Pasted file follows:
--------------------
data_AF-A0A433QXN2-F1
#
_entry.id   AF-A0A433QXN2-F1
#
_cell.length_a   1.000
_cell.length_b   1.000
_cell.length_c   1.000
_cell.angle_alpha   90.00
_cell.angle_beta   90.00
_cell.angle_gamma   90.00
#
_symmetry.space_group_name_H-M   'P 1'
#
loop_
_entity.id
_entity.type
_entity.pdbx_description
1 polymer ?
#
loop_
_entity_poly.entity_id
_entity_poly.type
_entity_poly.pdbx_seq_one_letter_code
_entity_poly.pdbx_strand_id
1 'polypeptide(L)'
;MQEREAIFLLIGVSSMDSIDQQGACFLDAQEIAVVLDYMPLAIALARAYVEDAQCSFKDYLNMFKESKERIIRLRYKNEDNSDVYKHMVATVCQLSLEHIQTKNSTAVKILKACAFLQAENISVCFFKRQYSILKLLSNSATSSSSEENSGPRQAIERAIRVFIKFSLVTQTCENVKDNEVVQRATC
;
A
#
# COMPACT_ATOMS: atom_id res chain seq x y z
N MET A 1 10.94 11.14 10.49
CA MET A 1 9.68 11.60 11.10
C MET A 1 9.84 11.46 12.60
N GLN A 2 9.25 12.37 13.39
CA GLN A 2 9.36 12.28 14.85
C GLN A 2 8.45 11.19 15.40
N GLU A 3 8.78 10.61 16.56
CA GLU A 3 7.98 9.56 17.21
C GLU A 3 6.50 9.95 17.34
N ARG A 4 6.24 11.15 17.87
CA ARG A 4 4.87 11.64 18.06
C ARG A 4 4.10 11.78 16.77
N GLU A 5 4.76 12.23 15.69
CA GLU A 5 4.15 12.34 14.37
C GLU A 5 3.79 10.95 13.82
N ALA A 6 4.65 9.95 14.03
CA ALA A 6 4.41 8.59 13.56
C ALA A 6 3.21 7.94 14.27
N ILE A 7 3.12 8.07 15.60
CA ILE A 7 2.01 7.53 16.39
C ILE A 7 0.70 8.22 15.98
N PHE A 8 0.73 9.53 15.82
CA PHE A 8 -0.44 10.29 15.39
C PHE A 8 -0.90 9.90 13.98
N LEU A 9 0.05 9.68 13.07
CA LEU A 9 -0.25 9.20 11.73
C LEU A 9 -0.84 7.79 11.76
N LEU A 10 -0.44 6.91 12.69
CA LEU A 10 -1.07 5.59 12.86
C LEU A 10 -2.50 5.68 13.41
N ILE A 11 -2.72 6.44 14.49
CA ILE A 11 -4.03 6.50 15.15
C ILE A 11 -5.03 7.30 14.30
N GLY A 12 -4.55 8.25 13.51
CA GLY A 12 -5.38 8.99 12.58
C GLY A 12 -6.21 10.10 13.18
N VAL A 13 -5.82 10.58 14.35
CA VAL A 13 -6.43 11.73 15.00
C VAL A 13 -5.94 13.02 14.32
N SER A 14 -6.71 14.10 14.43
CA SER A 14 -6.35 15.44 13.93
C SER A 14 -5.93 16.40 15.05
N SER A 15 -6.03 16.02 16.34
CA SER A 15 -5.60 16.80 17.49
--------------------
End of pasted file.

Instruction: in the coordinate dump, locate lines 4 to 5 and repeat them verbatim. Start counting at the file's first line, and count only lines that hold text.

#
_cell.length_a   1.000